Mysterious icon of the forgotten church
Mysterious icon of the forgotten church
Visiting the restored pearl of the Conservation Area “St. Sophia of Kyiv” – Metropolitan’s House, numerous visitors are pleased to see the ancient interiors and surroundings of the Metropolitan’s Residence and become acquainted with the life of the Kyiv exarchs. However, having entered one of the rooms on the ground floor with preserved unique murals of the XVIII century, few people pay attention to one of the compositions-icons on the south wall. It is worth mentioning that these paintings were unexpectedly opened by Sophia restorers during the restoration works of 2005-2008, and it was they who indicated the purpose of this premises. The choice of plots and their location indicated the placement here of the Metropolitan House Church – the founder of this building, Varlaam Vanatovych. Why this church was not mentioned in the official sources that came to us is a separate story. But the icon, which was a part of the iconostasis, attracts special attention. By location – to the right of the Savior icon – it is the Temple Icon of the House Church. It gave the key to understanding the iconographic program of the church painting and its dedication. The icon represents two figures on the backdrop of a picturesque landscape. In the lower right corner on the background there is a small figure of Christ standing on the earth with his right hand raised upwards, his fingers folded in a blessing gesture. This hand is directed to the majestic figure of Christ in the foreground, who is energetically lifted upward, holding a bannerol in his hands (part of the image lost). There are halos above the heads of both figures. The story presented here, attributed as the “Resurrection of Christ,” is rare for the Orthodox tradition, but it is dominant in the late Middle Ages in Western art, which was imitated by the Renaissance. According to this iconographic rule, Christ is standing firmly on the earth and holding the Resurrection Holy Banner with the Red Cross, a sign of victory over death and the devil, or hovering over a revealed sarcophagus in a clouded glow with a banner in his hand. But in such coverage of the event its “grounding” and the loss of the incomprehensibility of the Sacrament were seen.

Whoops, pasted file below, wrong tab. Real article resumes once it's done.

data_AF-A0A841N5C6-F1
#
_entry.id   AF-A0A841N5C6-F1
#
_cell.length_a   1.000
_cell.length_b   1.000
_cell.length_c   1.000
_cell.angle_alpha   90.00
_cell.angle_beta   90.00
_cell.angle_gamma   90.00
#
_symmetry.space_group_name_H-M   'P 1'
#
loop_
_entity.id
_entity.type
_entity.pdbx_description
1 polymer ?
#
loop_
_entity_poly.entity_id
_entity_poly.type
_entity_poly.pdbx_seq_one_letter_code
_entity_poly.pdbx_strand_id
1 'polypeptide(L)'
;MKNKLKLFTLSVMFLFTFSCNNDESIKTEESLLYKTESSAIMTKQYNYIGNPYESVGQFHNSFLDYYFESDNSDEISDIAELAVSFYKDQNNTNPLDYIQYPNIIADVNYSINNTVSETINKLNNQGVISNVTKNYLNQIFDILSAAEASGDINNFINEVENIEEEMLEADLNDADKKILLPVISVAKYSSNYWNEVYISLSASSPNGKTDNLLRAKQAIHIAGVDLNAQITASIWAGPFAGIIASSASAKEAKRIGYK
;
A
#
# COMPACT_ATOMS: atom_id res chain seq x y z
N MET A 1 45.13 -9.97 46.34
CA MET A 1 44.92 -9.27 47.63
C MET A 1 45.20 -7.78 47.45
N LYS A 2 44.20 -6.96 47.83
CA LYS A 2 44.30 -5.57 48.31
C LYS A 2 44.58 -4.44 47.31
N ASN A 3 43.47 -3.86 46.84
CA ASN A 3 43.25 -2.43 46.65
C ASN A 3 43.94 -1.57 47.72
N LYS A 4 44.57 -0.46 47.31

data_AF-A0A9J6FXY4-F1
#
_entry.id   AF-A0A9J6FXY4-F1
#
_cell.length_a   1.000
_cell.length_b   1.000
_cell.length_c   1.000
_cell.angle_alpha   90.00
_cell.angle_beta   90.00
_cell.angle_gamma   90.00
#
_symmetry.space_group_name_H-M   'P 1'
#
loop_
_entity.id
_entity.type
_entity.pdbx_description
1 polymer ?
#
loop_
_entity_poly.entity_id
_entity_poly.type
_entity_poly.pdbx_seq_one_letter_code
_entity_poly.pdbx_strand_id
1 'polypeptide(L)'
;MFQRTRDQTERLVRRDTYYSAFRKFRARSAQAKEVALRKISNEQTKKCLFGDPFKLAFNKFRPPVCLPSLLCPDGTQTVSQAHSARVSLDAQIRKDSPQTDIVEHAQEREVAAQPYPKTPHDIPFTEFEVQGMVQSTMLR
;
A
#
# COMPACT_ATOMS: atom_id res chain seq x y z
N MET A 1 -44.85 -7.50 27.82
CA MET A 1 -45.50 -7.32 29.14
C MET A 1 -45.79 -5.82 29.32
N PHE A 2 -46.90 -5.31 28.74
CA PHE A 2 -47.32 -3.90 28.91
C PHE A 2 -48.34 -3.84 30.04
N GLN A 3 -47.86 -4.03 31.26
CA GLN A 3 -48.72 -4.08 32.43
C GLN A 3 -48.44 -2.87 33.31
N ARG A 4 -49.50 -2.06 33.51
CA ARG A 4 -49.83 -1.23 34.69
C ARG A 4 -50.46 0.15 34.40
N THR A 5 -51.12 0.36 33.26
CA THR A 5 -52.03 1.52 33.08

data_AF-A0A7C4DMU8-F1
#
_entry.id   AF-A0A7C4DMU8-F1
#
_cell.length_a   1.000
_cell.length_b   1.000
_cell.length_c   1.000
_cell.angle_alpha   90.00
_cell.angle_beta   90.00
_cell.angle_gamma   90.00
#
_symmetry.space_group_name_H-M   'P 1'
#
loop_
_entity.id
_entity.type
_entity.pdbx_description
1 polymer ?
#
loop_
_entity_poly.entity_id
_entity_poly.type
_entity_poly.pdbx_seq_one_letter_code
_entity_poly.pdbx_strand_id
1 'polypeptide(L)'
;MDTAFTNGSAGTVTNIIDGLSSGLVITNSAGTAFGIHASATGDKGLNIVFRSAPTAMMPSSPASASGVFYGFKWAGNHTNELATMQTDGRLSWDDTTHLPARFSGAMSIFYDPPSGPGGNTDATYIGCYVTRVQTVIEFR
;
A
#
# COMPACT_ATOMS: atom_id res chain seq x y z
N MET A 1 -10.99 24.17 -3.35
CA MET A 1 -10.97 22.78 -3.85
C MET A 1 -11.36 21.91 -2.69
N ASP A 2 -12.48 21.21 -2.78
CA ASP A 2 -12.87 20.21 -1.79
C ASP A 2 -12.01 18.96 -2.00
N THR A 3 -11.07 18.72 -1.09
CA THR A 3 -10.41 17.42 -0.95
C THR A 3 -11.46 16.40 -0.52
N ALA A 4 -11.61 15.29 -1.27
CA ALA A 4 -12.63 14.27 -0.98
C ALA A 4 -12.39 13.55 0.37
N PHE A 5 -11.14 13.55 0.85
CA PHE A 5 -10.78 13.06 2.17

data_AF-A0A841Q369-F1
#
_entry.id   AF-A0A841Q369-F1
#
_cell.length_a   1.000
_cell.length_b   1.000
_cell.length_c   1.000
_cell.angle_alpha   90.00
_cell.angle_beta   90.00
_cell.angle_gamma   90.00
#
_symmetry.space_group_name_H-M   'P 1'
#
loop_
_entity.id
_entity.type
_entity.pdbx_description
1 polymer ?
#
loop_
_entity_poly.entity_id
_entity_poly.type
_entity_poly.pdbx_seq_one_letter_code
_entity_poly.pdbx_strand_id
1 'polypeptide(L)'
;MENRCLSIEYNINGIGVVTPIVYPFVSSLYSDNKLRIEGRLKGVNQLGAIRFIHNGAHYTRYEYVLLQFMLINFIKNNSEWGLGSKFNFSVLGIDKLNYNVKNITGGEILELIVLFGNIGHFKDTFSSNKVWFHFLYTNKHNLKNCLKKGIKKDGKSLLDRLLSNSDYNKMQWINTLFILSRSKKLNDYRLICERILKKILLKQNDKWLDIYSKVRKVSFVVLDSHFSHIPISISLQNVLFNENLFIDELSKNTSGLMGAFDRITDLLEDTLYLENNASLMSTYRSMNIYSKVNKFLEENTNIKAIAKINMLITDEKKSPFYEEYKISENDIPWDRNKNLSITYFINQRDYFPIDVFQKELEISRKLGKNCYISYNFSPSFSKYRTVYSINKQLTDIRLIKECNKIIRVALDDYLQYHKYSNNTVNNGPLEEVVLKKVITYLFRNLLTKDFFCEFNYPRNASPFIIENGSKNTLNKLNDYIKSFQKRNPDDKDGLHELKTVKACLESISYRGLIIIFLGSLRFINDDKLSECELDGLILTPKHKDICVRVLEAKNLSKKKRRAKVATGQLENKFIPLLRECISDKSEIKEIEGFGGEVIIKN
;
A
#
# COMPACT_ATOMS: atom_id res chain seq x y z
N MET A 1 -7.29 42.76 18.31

The resurrection of Christ on the third day after the crucifixion is the cornerstone of the whole Christian doctrine, and one of the greatest feasts is celebrated in its worship – Easter. But from ancient times in Orthodox iconography there is no icon of the Resurrection of Christ itself. Scripture does not contain a description of the incomprehensible nature of the Resurrection, and there is no mention of what the Savior looked like after the Resurrection. It is one of the Church Sacraments. In early Byzantine art, there are plot compositions that illustrate the gospel scenes of the appearance of Christ after the Resurrection. There are scenes that show the appearance of Jesus Christ to his disciples – “The appearance of the angel to the Myrrhbearers”, “The appearance of Christ to the two Marys”, “The Belief of Thomas”, “The sending of the Apostles to the sermon” and “Descent to Hell”. But the iconography of the most of these plots exactly did not correspond to the theological, soteriological content of this event. The complexity of the iconography of the Resurrection is to recall that Christ is both the Resurrect One and the One who resurrects. The most iconic solution of this topic was the iconographic resolution of the theme in the story “Descent to Hell”. This icon is the icon of Easter in the Orthodox Church. The main action – the Descent of Jesus Christ after the Resurrection to Hell and the deliverance of ancestors from there – emphasizes the compositional construction of this plot.
Returning to the story of the Metropolitan’s Residence in Sophia of Kyiv, it can be considered as an original model of church painting, in which the artist embodied the theological idea of the pious Resurrection of Christ, tactfully passing the contradictory details for theologians and “tearing it away” from traditional attributes of terrestrial being. We do not see here any other actors usual for this plot, nor any funeral attributes. The main event – the Resurrection – is conveyed in an allegorical form. Christ is in two hypostases before us – earthly and heavenly, but they are inseparable. We are reminded of the inseparability of the Son of God with the human race and the care of this “little flock” to which the Heavenly Father commanded the Kingdom of Heaven.
The author is Irina Vilchynska